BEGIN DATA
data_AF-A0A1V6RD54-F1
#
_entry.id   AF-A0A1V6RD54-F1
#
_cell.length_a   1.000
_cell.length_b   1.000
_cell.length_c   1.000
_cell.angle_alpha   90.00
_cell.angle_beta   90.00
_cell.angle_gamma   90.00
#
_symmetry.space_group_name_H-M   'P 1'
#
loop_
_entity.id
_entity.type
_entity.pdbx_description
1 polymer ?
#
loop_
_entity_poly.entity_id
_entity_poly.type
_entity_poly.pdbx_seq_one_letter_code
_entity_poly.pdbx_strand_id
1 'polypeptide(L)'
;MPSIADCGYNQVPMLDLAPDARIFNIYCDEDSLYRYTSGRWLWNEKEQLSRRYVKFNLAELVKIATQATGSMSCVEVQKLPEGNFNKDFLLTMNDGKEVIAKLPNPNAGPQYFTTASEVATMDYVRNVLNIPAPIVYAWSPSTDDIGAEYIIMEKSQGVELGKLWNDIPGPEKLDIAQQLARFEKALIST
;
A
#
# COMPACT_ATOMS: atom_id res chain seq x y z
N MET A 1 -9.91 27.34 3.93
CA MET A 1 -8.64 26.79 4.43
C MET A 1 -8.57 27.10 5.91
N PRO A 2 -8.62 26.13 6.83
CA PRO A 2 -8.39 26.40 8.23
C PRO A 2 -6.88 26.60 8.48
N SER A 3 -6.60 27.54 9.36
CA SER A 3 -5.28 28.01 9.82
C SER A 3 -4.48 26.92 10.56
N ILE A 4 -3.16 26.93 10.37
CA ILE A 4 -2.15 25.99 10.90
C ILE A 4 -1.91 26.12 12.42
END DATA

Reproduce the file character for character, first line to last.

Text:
data_AF-A0A1V6RD54-F1
#
_entry.id   AF-A0A1V6RD54-F1
#
_cell.length_a   1.000
_cell.length_b   1.000
_cell.length_c   1.000
_cell.angle_alpha   90.00
_cell.angle_beta   90.00
_cell.angle_gamma   90.00
#
_symmetry.space_group_name_H-M   'P 1'
#
loop_
_entity.id
_entity.type
_entity.pdbx_description
1 polymer ?
#
loop_
_entity_poly.entity_id
_entity_poly.type
_entity_poly.pdbx_seq_one_letter_code
_entity_poly.pdbx_strand_id
1 'polypeptide(L)'
;MPSIADCGYNQVPMLDLAPDARIFNIYCDEDSLYRYTSGRWLWNEKEQLSRRYVKFNLAELVKIATQATGSMSCVEVQKLPEGNFNKDFLLTMNDGKEVIAKLPNPNAGPQYFTTASEVATMDYVRNVLNIPAPIVYAWSPSTDDIGAEYIIMEKSQGVELGKLWNDIPGPEKLDIAQQLARFEKALIST
;
A
#
# COMPACT_ATOMS: atom_id res chain seq x y z
N MET A 1 -9.91 27.34 3.93
CA MET A 1 -8.64 26.79 4.43
C MET A 1 -8.57 27.10 5.91
N PRO A 2 -8.62 26.13 6.83
CA PRO A 2 -8.39 26.40 8.23
C PRO A 2 -6.88 26.60 8.48
N SER A 3 -6.60 27.54 9.36
CA SER A 3 -5.28 28.01 9.82
C SER A 3 -4.48 26.92 10.56
N ILE A 4 -3.16 26.93 10.37
CA ILE A 4 -2.15 25.99 10.90
C ILE A 4 -1.91 26.12 12.42